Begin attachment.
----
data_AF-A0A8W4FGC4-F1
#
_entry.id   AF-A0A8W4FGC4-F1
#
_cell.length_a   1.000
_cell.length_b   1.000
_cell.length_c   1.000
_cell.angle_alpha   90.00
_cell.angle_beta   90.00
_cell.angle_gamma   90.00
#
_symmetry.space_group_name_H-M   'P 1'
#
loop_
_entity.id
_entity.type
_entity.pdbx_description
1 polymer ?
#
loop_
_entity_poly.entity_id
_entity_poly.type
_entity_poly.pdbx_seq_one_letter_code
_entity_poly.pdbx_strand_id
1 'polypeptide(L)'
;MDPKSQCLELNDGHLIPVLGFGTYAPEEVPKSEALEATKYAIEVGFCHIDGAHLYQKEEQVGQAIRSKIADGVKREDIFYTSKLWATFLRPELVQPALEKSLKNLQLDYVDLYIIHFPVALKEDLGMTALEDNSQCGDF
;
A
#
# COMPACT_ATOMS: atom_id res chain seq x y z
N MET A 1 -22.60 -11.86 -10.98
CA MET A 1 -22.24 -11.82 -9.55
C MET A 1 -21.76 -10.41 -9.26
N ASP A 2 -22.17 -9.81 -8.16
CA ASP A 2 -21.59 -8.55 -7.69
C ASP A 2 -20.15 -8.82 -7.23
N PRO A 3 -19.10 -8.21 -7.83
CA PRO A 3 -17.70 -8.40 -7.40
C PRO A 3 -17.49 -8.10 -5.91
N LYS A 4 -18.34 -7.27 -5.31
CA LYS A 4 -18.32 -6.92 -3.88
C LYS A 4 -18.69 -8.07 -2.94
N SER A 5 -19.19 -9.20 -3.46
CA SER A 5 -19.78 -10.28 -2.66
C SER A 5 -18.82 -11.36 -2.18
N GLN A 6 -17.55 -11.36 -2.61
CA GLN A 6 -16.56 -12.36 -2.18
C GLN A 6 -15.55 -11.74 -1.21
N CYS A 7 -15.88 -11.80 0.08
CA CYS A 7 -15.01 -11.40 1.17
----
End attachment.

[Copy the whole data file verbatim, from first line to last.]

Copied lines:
data_AF-A0A8W4FGC4-F1
#
_entry.id   AF-A0A8W4FGC4-F1
#
_cell.length_a   1.000
_cell.length_b   1.000
_cell.length_c   1.000
_cell.angle_alpha   90.00
_cell.angle_beta   90.00
_cell.angle_gamma   90.00
#
_symmetry.space_group_name_H-M   'P 1'
#
loop_
_entity.id
_entity.type
_entity.pdbx_description
1 polymer ?
#
loop_
_entity_poly.entity_id
_entity_poly.type
_entity_poly.pdbx_seq_one_letter_code
_entity_poly.pdbx_strand_id
1 'polypeptide(L)'
;MDPKSQCLELNDGHLIPVLGFGTYAPEEVPKSEALEATKYAIEVGFCHIDGAHLYQKEEQVGQAIRSKIADGVKREDIFYTSKLWATFLRPELVQPALEKSLKNLQLDYVDLYIIHFPVALKEDLGMTALEDNSQCGDF
;
A
#
# COMPACT_ATOMS: atom_id res chain seq x y z
N MET A 1 -22.60 -11.86 -10.98
CA MET A 1 -22.24 -11.82 -9.55
C MET A 1 -21.76 -10.41 -9.26
N ASP A 2 -22.17 -9.81 -8.16
CA ASP A 2 -21.59 -8.55 -7.69
C ASP A 2 -20.15 -8.82 -7.23
N PRO A 3 -19.10 -8.21 -7.83
CA PRO A 3 -17.70 -8.40 -7.40
C PRO A 3 -17.49 -8.10 -5.91
N LYS A 4 -18.34 -7.27 -5.31
CA LYS A 4 -18.32 -6.92 -3.88
C LYS A 4 -18.69 -8.07 -2.94
N SER A 5 -19.19 -9.20 -3.46
CA SER A 5 -19.78 -10.28 -2.66
C SER A 5 -18.82 -11.36 -2.18
N GLN A 6 -17.55 -11.36 -2.61
CA GLN A 6 -16.56 -12.36 -2.18
C GLN A 6 -15.55 -11.74 -1.21
N CYS A 7 -15.88 -11.80 0.08
CA CYS A 7 -15.01 -11.40 1.17